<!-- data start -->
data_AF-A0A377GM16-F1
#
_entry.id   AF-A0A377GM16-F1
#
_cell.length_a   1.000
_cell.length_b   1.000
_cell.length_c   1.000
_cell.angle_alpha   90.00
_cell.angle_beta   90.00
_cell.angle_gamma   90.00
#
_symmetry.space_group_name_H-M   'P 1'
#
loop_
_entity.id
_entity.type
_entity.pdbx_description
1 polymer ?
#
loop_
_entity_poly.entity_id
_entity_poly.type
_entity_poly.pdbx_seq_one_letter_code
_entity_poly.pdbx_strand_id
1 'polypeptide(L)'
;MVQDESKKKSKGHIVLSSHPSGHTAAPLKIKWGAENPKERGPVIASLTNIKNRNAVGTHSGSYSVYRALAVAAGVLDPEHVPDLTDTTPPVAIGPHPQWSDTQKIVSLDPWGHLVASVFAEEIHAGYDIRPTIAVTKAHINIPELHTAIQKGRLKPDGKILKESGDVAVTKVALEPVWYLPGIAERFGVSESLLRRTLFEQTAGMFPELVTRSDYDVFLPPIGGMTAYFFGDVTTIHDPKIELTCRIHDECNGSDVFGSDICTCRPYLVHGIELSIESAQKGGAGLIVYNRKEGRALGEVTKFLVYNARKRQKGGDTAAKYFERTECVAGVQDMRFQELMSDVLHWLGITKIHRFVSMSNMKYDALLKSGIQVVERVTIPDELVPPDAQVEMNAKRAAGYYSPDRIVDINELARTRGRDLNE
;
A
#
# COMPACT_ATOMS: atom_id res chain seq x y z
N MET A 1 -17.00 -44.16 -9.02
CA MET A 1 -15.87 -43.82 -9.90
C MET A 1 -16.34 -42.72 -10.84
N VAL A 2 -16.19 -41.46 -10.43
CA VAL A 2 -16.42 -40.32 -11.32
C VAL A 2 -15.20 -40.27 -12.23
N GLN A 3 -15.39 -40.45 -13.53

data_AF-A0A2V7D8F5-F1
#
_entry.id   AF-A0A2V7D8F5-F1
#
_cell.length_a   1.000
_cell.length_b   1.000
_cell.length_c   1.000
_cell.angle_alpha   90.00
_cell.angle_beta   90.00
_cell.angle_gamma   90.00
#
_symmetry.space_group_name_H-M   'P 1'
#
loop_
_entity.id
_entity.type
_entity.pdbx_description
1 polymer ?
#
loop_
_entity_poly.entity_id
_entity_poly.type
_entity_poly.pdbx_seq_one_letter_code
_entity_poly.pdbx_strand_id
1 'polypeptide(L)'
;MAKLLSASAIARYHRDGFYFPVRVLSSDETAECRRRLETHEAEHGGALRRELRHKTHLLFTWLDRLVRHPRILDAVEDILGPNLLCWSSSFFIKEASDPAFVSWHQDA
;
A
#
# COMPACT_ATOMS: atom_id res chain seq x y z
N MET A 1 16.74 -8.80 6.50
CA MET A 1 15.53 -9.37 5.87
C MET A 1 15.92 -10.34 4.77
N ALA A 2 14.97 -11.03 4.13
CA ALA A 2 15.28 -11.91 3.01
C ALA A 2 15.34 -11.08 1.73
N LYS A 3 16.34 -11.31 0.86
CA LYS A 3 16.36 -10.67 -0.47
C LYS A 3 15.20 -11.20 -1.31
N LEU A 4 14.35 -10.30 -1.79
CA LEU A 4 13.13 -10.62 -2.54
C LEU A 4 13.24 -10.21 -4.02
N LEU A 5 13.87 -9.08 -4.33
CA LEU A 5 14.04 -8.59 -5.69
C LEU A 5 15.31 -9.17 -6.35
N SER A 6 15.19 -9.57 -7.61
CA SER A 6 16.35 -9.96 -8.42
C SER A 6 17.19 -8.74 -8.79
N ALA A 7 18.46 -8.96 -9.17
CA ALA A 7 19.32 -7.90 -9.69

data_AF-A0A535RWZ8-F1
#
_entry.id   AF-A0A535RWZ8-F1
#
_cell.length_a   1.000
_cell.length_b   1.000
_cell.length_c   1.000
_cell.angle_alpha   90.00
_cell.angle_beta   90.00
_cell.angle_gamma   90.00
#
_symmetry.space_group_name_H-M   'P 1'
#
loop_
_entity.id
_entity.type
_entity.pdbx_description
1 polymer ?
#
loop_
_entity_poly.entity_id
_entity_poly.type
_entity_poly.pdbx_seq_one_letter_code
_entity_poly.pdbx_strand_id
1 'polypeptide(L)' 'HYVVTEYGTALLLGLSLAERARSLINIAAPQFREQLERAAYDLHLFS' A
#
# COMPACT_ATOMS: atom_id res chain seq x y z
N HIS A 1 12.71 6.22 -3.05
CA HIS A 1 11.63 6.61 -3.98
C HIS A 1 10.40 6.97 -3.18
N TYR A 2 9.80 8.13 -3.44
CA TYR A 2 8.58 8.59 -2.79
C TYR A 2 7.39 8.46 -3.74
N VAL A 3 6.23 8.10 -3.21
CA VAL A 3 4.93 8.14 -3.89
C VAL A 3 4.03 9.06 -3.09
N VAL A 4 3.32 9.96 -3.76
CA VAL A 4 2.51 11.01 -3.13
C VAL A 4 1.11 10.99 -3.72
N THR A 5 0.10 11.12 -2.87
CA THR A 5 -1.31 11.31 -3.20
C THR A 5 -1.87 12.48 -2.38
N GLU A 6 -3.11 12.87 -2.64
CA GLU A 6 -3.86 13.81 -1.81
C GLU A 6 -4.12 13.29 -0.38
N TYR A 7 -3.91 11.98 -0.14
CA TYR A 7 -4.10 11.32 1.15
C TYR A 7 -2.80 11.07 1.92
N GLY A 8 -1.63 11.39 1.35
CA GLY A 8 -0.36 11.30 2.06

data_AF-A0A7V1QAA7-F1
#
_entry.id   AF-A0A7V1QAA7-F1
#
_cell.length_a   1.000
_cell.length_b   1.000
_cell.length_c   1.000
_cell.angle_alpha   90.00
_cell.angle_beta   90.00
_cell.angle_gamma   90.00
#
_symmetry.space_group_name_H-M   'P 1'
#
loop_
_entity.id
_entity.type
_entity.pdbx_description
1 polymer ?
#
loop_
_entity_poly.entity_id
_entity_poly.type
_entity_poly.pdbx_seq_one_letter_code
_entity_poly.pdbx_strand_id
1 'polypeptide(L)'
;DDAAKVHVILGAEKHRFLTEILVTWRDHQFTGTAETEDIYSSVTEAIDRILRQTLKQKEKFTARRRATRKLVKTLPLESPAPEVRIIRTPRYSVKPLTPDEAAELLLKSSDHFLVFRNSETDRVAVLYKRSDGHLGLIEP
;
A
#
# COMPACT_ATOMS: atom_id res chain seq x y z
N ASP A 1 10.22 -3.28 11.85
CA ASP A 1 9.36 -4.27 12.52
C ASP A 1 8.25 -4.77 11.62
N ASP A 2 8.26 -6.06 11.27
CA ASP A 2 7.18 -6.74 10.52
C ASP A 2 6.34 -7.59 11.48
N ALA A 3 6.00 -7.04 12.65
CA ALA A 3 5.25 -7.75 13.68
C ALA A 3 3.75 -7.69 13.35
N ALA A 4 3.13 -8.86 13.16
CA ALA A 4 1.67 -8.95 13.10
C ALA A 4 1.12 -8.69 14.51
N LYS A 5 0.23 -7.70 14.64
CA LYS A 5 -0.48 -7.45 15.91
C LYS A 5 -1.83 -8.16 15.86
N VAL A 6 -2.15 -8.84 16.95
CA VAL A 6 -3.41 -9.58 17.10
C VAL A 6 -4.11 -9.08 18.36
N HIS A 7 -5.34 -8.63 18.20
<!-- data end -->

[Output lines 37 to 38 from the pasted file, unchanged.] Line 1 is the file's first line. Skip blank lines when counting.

N GLN A 3 -15.39 -40.45 -13.53

data_AF-A0A2V7D8F5-F1